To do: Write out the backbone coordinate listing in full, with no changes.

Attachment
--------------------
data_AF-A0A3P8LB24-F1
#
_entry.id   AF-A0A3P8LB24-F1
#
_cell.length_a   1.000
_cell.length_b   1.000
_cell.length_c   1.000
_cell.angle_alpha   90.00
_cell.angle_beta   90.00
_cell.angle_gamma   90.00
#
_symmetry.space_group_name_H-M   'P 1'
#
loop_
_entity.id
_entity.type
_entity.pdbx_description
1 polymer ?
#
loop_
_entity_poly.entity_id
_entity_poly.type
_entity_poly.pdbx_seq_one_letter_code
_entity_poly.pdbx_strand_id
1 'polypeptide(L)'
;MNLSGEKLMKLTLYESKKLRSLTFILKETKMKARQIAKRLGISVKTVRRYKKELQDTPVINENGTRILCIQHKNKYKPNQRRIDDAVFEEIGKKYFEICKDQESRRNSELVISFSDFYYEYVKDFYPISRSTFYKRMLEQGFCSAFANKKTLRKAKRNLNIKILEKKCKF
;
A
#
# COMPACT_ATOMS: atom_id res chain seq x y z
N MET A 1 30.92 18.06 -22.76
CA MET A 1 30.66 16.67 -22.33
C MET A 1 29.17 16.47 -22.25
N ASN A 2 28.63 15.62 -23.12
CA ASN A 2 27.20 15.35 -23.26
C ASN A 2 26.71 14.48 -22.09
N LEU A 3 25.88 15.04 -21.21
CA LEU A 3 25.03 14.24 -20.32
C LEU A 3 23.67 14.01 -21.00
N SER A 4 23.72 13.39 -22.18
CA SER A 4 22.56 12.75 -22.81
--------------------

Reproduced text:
data_AF-A0A3P8LB24-F1
#
_entry.id   AF-A0A3P8LB24-F1
#
_cell.length_a   1.000
_cell.length_b   1.000
_cell.length_c   1.000
_cell.angle_alpha   90.00
_cell.angle_beta   90.00
_cell.angle_gamma   90.00
#
_symmetry.space_group_name_H-M   'P 1'
#
loop_
_entity.id
_entity.type
_entity.pdbx_description
1 polymer ?
#
loop_
_entity_poly.entity_id
_entity_poly.type
_entity_poly.pdbx_seq_one_letter_code
_entity_poly.pdbx_strand_id
1 'polypeptide(L)'
;MNLSGEKLMKLTLYESKKLRSLTFILKETKMKARQIAKRLGISVKTVRRYKKELQDTPVINENGTRILCIQHKNKYKPNQRRIDDAVFEEIGKKYFEICKDQESRRNSELVISFSDFYYEYVKDFYPISRSTFYKRMLEQGFCSAFANKKTLRKAKRNLNIKILEKKCKF
;
A
#
# COMPACT_ATOMS: atom_id res chain seq x y z
N MET A 1 30.92 18.06 -22.76
CA MET A 1 30.66 16.67 -22.33
C MET A 1 29.17 16.47 -22.25
N ASN A 2 28.63 15.62 -23.12
CA ASN A 2 27.20 15.35 -23.26
C ASN A 2 26.71 14.48 -22.09
N LEU A 3 25.88 15.04 -21.21
CA LEU A 3 25.03 14.24 -20.32
C LEU A 3 23.67 14.01 -21.00
N SER A 4 23.72 13.39 -22.18
CA SER A 4 22.56 12.75 -22.81